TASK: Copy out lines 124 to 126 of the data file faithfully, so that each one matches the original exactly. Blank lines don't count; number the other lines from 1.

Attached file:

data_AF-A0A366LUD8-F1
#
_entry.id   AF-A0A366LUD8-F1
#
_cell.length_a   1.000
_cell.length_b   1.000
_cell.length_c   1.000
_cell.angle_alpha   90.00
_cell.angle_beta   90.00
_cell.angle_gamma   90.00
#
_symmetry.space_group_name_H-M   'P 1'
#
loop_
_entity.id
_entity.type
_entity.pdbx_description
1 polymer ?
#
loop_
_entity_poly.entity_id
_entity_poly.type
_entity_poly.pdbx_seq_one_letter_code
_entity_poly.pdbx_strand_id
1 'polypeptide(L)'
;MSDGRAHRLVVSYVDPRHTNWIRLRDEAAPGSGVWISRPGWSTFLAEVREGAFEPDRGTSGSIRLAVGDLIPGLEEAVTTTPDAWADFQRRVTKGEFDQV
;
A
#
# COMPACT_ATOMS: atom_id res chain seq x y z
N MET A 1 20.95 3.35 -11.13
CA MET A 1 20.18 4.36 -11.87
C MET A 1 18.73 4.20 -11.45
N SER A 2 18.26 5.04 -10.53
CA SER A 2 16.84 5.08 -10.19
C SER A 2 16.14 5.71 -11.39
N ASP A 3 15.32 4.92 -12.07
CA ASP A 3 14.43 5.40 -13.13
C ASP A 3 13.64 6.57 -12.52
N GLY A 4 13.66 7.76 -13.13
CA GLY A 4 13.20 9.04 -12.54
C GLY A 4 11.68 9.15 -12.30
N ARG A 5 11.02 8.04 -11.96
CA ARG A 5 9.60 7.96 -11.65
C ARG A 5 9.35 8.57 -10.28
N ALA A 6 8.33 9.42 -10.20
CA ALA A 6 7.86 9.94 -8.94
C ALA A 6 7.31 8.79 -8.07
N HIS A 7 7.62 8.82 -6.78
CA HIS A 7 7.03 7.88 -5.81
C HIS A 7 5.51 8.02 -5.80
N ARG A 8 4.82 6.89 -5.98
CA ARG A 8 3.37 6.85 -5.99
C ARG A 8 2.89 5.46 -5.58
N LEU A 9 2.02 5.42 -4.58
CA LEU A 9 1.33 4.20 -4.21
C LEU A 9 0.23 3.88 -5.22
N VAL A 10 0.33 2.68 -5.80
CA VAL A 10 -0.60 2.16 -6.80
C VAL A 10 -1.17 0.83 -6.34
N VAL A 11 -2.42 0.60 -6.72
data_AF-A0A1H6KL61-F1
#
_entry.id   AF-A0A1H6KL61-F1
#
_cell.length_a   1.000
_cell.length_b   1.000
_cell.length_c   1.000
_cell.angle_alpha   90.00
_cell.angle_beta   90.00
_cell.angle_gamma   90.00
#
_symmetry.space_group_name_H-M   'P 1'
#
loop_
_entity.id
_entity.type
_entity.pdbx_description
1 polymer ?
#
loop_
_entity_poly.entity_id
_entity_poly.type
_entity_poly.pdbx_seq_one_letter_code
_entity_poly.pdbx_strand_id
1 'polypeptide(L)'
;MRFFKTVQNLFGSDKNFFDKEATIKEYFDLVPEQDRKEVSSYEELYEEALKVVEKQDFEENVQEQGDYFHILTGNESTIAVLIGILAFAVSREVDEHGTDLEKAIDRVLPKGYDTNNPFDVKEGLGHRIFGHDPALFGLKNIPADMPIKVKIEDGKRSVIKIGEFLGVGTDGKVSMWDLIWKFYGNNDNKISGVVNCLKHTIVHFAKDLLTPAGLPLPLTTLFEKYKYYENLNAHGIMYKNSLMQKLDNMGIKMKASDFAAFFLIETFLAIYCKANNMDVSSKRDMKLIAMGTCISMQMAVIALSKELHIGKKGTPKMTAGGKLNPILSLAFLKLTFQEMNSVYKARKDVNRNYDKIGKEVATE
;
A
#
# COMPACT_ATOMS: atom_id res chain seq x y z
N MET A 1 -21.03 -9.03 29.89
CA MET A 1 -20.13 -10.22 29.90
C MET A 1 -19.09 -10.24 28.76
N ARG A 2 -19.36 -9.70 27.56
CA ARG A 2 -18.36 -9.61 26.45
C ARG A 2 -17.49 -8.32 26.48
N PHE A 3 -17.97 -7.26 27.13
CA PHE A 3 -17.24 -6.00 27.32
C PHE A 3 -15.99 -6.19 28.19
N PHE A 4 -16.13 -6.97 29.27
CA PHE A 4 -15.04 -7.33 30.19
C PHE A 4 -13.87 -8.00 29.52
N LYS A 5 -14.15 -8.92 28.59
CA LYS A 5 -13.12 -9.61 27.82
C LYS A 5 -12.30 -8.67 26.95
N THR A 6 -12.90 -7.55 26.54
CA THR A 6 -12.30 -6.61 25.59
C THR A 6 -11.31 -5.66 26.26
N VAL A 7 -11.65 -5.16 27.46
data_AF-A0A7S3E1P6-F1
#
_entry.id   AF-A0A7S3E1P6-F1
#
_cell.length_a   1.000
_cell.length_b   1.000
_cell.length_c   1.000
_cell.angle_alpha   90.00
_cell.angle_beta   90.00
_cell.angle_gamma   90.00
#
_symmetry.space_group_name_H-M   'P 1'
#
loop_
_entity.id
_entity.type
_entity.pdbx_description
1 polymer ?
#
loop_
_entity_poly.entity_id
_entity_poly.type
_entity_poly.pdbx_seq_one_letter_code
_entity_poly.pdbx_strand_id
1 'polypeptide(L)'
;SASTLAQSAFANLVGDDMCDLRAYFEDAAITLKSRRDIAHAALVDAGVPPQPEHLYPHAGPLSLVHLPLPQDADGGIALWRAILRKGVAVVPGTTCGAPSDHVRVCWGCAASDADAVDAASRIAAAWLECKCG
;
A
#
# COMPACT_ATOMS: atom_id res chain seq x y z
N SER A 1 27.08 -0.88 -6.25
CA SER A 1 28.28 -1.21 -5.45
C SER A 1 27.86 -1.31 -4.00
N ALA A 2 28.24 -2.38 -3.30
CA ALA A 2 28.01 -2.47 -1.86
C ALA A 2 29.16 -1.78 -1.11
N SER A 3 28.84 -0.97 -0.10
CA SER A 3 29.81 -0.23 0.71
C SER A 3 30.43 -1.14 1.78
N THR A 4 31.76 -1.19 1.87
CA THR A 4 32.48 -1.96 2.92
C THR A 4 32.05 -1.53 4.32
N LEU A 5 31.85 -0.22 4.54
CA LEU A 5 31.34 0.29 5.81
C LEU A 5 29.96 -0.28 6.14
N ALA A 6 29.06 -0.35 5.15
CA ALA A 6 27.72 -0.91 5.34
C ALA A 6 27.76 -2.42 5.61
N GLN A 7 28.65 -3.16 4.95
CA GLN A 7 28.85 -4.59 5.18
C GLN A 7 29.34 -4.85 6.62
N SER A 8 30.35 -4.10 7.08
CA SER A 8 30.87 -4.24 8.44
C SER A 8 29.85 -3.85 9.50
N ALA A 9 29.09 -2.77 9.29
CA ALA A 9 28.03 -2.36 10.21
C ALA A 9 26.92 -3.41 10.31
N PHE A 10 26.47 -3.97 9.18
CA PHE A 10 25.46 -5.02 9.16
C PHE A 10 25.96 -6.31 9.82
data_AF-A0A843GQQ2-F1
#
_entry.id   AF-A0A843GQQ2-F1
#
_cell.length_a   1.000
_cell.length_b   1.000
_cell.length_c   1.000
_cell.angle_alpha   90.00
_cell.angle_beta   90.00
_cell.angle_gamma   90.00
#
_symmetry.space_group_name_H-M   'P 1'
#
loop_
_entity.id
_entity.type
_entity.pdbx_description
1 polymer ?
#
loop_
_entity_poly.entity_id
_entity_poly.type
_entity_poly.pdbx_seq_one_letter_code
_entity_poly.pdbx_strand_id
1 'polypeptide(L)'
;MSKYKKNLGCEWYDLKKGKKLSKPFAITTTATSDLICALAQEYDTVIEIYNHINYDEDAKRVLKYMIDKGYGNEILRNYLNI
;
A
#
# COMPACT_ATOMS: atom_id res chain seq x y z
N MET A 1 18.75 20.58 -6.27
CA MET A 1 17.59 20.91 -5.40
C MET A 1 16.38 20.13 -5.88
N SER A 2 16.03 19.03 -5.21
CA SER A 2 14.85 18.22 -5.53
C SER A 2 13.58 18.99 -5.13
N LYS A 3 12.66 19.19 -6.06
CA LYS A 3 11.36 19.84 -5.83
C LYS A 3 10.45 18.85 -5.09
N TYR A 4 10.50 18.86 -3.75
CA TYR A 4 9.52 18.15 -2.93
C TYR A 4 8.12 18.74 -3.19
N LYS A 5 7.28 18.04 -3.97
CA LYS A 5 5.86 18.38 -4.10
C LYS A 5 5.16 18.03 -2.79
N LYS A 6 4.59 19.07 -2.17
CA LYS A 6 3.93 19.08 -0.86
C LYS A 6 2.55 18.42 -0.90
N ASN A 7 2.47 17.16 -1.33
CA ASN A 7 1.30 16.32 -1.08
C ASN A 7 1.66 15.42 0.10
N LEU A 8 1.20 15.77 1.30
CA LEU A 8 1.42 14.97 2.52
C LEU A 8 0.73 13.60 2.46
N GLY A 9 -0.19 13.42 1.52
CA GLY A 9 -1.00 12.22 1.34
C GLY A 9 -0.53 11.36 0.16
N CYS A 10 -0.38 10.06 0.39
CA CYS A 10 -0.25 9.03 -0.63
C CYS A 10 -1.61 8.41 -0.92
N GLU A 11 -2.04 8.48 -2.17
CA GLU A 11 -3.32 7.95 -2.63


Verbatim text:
loop_
_entity.id
_entity.type